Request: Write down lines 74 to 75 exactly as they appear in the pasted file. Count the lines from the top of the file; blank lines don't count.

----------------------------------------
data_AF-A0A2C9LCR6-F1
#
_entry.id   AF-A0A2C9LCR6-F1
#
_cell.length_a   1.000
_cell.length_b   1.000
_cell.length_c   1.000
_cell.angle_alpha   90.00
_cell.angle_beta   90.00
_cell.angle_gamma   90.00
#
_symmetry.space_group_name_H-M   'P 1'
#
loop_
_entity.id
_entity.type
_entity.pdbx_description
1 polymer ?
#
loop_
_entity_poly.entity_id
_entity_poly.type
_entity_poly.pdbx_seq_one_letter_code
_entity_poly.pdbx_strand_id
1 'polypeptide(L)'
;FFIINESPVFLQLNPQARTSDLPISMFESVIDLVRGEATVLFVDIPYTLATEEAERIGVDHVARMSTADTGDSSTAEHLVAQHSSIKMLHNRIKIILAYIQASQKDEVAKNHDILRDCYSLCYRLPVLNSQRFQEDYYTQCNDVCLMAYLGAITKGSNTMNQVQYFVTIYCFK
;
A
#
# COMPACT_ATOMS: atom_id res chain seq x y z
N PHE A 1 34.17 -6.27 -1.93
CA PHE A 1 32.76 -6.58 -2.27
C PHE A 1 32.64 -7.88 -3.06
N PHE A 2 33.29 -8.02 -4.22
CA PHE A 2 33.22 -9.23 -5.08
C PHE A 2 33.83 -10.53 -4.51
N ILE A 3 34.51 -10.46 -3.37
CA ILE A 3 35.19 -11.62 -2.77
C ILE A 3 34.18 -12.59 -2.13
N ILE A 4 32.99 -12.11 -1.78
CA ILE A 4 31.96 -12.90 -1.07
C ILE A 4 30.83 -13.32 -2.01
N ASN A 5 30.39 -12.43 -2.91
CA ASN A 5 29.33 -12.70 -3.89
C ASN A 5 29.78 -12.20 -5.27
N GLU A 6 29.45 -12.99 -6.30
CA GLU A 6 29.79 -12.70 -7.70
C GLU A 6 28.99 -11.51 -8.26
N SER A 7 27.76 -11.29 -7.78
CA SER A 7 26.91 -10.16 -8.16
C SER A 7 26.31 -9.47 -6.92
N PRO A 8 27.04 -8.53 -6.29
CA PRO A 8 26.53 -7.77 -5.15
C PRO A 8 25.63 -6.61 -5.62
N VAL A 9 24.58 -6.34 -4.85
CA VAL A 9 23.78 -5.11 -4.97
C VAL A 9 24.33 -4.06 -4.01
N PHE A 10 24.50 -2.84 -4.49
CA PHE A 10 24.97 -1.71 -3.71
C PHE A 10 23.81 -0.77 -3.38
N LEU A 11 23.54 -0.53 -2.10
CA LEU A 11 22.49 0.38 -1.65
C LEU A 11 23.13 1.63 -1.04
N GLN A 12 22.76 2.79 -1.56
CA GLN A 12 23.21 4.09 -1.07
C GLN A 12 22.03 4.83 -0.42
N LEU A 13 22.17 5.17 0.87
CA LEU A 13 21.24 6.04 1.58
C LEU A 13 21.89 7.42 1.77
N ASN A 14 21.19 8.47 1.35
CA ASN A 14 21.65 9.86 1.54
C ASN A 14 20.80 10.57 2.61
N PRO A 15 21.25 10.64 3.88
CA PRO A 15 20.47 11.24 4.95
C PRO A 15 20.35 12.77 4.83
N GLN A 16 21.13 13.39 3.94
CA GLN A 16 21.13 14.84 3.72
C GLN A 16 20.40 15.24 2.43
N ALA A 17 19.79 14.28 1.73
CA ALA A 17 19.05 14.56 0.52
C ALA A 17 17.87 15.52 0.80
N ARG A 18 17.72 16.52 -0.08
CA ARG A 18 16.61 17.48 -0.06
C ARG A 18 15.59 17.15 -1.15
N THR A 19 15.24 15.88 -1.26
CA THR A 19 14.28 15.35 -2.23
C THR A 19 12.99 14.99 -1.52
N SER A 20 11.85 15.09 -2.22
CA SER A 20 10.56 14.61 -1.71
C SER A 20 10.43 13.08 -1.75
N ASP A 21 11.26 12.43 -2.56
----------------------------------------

CA PRO A 15 20.47 11.24 4.95
C PRO A 15 20.35 12.77 4.83